Efficient polymer-mediated delivery of gene-editing RNP payloads
Professor Theresa Reineke’s research on genome-editing payloads continues. An article on the latest break-through research, Efficient Polymer-Mediated Delivery of Gene-Editing Ribonucleoprotein Payloads through Combinatorial Design, Parallelized Experimentation, and Machine Learning, has been published in ACS Nano.
According to the abstract, "Chemically defined vectors such as cationic polymers are versatile alternatives to engineered viruses for the delivery of genome-editing payloads. However, their clinical translation hinges on rapidly exploring vast chemical design spaces and deriving structure–function relationships governing delivery performance. Here, we discovered a polymer for efficient intracellular ribonucleoprotein (RNP) delivery through combinatorial polymer design and parallelized experimental workflows. A chemically diverse library of 43 statistical copolymers was synthesized via combinatorial RAFT polymerization, realizing systematic variations in physicochemical properties. We selected cationic monomers that varied in their pKa values (8.1–9.2), steric bulk, and lipophilicity of their alkyl substituents. Co-monomers of varying hydrophilicity were also incorporated, enabling elucidation of the roles of protonation equilibria and hydrophobic–hydrophilic balance in vehicular properties and performance. We screened our multiparametric vector library through image cytometry and rapidly uncovered a hit polymer (P38), which outperforms state-of-the-art commercial transfection reagents, achieving nearly 60% editing efficiency via nonhomologous end-joining. Structure–function correlations underlying editing efficiency, cellular toxicity, and RNP uptake were probed through machine learning approaches to uncover the physicochemical basis of P38’s performance. Although cellular toxicity and RNP uptake were solely determined by polyplex size distribution and protonation degree, respectively, these two polyplex design parameters were found to be inconsequential for enhancing editing efficiency. Instead, polymer hydrophobicity and the Hill coefficient, a parameter describing cooperativity-enhanced polymer deprotonation, were identified as the critical determinants of editing efficiency. Combinatorial synthesis and high-throughput characterization methodologies coupled with data science approaches enabled the rapid discovery of a polymeric vehicle that would have otherwise remained inaccessible to chemical intuition. The statistically derived design rules elucidated herein will guide the synthesis and optimization of future polymer libraries tailored for therapeutic applications of RNP-based genome editing.”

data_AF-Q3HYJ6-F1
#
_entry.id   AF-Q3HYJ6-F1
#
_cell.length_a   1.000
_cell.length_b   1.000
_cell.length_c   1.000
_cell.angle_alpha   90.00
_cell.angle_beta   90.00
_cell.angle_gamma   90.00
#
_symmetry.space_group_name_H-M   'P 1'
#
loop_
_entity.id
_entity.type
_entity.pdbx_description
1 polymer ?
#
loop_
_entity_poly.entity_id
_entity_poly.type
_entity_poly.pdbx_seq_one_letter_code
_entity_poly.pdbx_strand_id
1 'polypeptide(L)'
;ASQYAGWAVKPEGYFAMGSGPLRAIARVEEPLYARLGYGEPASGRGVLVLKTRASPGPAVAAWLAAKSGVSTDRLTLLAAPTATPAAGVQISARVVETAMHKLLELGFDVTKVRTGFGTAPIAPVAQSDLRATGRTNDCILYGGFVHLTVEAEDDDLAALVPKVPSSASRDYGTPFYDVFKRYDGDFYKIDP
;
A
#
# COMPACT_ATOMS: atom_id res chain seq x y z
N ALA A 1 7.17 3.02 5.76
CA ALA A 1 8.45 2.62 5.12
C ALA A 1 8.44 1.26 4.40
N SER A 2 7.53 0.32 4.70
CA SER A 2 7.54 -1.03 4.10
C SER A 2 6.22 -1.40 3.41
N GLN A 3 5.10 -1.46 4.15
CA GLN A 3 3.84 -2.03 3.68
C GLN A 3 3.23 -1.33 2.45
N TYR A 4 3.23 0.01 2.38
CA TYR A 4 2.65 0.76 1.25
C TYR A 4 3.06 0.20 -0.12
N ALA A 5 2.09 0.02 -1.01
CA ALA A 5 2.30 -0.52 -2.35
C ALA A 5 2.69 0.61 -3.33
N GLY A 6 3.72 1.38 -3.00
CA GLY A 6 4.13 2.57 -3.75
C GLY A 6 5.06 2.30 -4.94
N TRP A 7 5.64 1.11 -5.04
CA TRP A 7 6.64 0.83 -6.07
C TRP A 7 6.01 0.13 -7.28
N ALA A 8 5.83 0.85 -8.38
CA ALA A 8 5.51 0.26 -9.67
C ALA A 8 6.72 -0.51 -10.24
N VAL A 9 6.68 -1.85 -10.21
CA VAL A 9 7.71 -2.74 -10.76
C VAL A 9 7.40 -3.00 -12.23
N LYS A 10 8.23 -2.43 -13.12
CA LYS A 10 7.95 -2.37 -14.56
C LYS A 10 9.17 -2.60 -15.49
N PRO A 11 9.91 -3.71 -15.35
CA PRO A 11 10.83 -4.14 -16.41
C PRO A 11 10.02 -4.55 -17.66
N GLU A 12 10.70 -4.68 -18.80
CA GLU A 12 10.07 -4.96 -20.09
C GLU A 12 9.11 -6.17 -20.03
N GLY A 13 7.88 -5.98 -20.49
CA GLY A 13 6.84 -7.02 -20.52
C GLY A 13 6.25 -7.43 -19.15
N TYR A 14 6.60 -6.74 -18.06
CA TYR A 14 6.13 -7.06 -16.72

In addition to Reineke, authors were Ramya Kumar, Ngoc Le, Zhe Tan, Mary Brown, and Shan Jiang.